The current round of fighting between Israel and the Palestinian militant group Hamas is the longest and most deadly since the two squared off in 2009. The conflict, which has broader regional implications, is likely to wage on until a third party can broker a cease-fire that allows both sides to point to respective achievements. CFR’s Robert Danin offers three things to know about the crisis in Gaza:
- No Rush to Resolve: Intensifying violence has made it more difficult for Hamas and Israel to reach a lasting cease-fire. Their demands have increased "beyond what either side can easily offer the other," says Danin, as both pursue "gains to justify the pain they have incurred." Israel wants to weaken Hamas economically, politically, and militarily, while Hamas wants Israel’s and Egypt’s embargo of Gaza lifted.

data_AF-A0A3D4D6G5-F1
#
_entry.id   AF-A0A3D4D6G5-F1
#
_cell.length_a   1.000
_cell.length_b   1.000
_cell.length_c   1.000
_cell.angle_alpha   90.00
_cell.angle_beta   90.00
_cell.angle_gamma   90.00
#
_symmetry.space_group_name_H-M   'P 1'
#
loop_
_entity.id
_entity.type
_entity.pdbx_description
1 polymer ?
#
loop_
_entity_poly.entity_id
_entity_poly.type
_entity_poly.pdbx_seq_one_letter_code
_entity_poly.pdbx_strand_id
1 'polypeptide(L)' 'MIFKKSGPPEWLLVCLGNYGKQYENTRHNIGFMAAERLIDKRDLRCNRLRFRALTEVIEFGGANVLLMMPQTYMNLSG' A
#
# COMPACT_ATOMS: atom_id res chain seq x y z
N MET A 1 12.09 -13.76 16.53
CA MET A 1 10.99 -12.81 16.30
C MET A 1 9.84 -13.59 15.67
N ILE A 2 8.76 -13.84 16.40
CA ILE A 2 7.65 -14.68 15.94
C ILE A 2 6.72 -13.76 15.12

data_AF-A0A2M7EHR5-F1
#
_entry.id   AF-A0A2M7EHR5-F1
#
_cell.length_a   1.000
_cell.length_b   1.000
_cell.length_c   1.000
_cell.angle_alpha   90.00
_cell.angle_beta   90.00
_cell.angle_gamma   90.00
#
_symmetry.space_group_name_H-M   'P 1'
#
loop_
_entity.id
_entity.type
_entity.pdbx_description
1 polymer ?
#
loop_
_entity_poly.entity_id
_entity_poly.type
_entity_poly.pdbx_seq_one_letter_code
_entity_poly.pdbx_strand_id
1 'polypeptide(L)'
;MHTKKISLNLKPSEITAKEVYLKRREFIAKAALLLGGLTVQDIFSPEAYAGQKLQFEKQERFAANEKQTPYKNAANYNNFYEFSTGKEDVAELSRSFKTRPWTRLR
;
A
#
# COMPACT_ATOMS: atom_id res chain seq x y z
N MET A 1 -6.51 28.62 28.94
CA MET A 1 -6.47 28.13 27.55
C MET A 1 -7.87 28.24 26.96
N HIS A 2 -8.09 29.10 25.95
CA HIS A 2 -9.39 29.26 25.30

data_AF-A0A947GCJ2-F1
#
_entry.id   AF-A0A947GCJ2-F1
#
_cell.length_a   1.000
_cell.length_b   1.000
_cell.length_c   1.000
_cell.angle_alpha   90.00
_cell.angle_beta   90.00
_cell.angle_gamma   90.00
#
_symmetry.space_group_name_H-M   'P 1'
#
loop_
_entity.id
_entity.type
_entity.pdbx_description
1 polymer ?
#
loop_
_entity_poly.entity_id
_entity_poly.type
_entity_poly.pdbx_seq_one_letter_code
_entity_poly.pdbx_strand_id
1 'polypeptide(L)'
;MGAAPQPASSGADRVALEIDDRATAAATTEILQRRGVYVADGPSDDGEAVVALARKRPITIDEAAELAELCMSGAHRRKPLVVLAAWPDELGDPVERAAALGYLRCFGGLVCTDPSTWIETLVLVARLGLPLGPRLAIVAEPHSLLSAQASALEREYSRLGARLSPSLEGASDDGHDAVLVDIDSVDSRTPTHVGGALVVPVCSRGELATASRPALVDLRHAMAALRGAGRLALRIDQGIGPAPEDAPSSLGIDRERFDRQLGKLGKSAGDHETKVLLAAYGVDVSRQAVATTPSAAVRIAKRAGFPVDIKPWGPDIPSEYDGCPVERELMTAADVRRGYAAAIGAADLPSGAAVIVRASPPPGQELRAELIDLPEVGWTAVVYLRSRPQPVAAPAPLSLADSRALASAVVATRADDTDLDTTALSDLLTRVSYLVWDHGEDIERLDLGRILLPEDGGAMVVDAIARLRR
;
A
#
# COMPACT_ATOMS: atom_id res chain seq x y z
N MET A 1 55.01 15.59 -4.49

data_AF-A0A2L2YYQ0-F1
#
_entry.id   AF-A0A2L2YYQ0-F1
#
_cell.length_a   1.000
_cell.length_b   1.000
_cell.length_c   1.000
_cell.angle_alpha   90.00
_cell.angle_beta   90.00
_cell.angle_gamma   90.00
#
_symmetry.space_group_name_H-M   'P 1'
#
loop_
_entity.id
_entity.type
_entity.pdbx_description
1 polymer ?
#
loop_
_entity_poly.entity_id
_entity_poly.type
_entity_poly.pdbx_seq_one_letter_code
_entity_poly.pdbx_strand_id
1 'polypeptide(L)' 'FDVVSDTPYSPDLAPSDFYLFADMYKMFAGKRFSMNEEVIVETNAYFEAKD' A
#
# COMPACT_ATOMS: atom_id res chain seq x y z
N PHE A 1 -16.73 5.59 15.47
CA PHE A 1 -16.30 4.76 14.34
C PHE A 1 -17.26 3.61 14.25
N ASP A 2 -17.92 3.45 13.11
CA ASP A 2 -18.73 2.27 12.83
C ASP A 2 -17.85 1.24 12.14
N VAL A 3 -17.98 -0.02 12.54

- A Broader Geopolitical Affair: The Gaza crisis is part of a larger power struggle in the Middle East, explains Danin, pitting Hamas supporters Qatar and Turkey against Israel and most of the Arab League countries. While most Arab states condemn the mounting Palestinian death toll, "they don’t want to see the Islamist Hamas—or their backers in Doha and Ankara—emerge politically triumphant," he says.
- Brokers Wanted: Egypt could historically be relied on to mediate a cease-fire between Israel and Hamas, but today Cairo "is implacably opposed to Hamas—an organization it sees as a mere extension of its own banned Muslim Brotherhood," says Danin. At the moment, the only party positioned to broker a deal, Palestinian Authority president Mahmoud Abbas, has little to offer either side.